I have a standby generator with an automatic transfer switch. It is set up to power all the circuits in my house. It does not have high enough wattage to power an EV charger in addition to the current load. If I installed a level 2 EV charger is there a way to ensure it will not draw power while the standby generator is running?

  • Unplug your car?
    – Jon Custer
    Commented Dec 22, 2022 at 15:06
  • 15
    It's hard to unplug your car when your asleep and you don't know the generator is starting due to a power loss.
    – Jared
    Commented Dec 22, 2022 at 15:08
  • How long does your car charge for on an average night? If you are asleep your power usage is pretty low. But, I get it, you want to use the transfer switch to shut off the charger circuit? (Maybe I’m a light sleeper, but I wake up if the power goes out even momentarily.)
    – Jon Custer
    Commented Dec 22, 2022 at 15:12
  • I don't currently have an EV, but I may be getting a new car in the near future so am determining if an EV with fast charging is a reasonable option.
    – Jared
    Commented Dec 22, 2022 at 15:29
  • 14
    @JonCuster I don't think OP is looking for a workaround. It is reasonable to ask how this can be done without manual intervention. It is also mandatory in many jurisdictions that an ATS-equipped generator be correctly sized, so relying on "unplug things in anticipation" or "don't worry you'll wake up" makes the installation non-compliant. Finally, by the time you wake up and go unplug the car, the generator's breakers will already have popped. And if you're not fast enough, or not there, that means your sump pumps and fridges go dead.
    – jay613
    Commented Dec 22, 2022 at 16:45

7 Answers 7


You could split your electric service into two panels: a main and a sub.

The main panel would hold all the devices you don't wish to run on generator:

  • EV charger
  • Electric water heater
  • Electric dryer
  • Electric stove
  • Outdoor A/C unit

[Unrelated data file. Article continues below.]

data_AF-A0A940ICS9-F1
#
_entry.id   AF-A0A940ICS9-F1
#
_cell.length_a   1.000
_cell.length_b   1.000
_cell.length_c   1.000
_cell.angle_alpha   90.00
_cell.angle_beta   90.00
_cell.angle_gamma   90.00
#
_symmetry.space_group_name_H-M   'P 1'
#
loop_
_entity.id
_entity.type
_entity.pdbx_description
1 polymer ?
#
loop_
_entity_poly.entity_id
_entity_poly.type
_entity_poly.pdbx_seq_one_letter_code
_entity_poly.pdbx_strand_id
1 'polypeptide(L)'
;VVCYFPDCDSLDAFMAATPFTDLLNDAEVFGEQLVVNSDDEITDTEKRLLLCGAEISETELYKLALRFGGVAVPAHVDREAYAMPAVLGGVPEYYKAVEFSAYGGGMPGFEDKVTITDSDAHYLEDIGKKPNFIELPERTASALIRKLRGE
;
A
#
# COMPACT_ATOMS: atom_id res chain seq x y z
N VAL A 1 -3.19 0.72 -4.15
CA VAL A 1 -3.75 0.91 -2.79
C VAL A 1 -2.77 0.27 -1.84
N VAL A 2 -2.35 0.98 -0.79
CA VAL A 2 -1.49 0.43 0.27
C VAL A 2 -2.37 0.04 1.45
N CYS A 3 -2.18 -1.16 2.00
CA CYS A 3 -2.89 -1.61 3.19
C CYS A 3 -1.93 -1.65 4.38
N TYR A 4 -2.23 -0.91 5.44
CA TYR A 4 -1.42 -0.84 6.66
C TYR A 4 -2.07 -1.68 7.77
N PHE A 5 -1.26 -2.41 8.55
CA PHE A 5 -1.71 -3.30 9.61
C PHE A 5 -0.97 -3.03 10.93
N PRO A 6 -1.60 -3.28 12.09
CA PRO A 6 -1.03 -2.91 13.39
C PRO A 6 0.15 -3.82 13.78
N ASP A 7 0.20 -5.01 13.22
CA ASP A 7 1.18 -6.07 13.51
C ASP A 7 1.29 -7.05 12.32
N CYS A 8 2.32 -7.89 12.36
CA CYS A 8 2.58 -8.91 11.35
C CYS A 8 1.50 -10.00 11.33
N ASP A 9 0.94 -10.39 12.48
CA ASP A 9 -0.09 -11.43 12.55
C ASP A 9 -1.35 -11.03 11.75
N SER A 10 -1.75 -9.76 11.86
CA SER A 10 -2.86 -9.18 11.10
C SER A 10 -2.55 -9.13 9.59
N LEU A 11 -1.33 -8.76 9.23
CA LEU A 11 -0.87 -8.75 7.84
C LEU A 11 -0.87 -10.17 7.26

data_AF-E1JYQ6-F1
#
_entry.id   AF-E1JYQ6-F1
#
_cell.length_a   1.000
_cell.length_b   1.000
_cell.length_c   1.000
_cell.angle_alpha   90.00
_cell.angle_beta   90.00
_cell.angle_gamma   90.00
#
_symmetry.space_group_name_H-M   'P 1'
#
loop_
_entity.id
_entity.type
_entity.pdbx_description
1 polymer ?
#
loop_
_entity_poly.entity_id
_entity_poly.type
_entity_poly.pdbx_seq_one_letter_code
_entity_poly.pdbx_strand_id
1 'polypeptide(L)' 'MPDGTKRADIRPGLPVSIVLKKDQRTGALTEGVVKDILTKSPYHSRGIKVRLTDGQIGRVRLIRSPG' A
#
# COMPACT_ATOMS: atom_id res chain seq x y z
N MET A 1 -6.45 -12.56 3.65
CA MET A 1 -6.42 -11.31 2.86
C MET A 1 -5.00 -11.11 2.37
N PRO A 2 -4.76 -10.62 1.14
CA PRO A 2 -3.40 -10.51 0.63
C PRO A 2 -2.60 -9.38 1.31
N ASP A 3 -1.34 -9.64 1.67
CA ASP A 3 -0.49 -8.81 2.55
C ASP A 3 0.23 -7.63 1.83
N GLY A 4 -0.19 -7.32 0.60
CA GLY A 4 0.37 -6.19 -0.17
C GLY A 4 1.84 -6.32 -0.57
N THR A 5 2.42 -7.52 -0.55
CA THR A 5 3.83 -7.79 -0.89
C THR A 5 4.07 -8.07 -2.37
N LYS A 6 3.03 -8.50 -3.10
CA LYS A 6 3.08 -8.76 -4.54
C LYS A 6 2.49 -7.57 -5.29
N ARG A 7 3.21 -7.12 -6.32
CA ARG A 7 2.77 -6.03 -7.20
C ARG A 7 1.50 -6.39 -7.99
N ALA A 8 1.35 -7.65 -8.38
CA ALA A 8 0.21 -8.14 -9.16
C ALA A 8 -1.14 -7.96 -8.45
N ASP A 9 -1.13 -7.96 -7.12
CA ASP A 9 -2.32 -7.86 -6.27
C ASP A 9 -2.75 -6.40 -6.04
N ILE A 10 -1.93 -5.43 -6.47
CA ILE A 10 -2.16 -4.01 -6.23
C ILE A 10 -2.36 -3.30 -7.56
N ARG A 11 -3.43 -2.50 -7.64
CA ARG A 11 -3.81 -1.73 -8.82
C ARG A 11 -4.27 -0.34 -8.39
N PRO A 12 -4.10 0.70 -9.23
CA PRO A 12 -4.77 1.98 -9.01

• Etc...

The subpanel would be everything else:

  • Regular outlets
  • Lights
  • Gas furnace
  • Well pump
  • Sump pump
  • Refrigerator
  • Etc...

Now put the automatic transfer switch in the subpanel.

  • Except that if you expect widespread, possibly long-lasting, outages, you want your EV (and your phone and your laptop) to be charged up 100%. Commented Dec 22, 2022 at 17:14
  • 4
    @manassehkatz-Moving2Codidact: I'd put outlets for phone and laptop charger on the protected side in the first place, or physically move them if necessary.For the car...You could use a second transfer switch to let the car charger move between the two sources, if the generator can handle it; otherwise have a lower-amperage/slower charging option from the secondary panel.
    – keshlam
    Commented Dec 22, 2022 at 18:00
  • 3
    @manassehkatz-Moving2Codidact 's comment leads me to realize: If you only have an EV you better have a natural gas generator because if you can't charge the car you can't go get gas for the generator :(
    – jay613
    Commented Dec 22, 2022 at 19:38
  • 3
    @jay613 True. But in my area at least, standby whole-house generators are all connected to utility natural gas. I've got a small (manual transfer interlock, inlet, etc.) tri-fuel - though I've only used it so far with gasoline. Hooking it up to natural gas would eat up a good chunk of what I saved by just getting a small generator. Commented Dec 22, 2022 at 20:01
  • Most modern portable gas generators either run or can be easily modified to run on propane. Power is slightly less than gasoline but the ease of safe storage (and shelf life) make it worth the tradeoff for me. Most EV owners probably also have a BBQ so there's your emergency charge source. :)
    – Chris O
    Commented Dec 24, 2022 at 4:23

Large enough to carry the load to be served

This is the requirement on generator size for ANY installation with an automatic transfer switch.

"The Load to be Served" is decided by a NEC Article 220 Load Calculation on the loads served.

You are specifically not allowed to go "ah, well, my loads rarely exceed 10kW so I'll just use a 10kW generator and not worry about an unlikely case. I can just turn off circuits if it's a problem". That is not allowed. (not least, you might not be there!) That would be allowed with a manual transfer switch, since you are there.

However, Load Shed loads do not count

There are technologies which attach to a load and listen for the generator starting to bog down, and will drop out the load when that happens. These are called "Load Shed" - they work the same as a power company doing rolling blackouts to relieve stress on generating capacity. Load Sheds are appropriate for - well, any potential load, but commonly water heaters, dryers, A/C units and certainly electric vehicle supply equipment.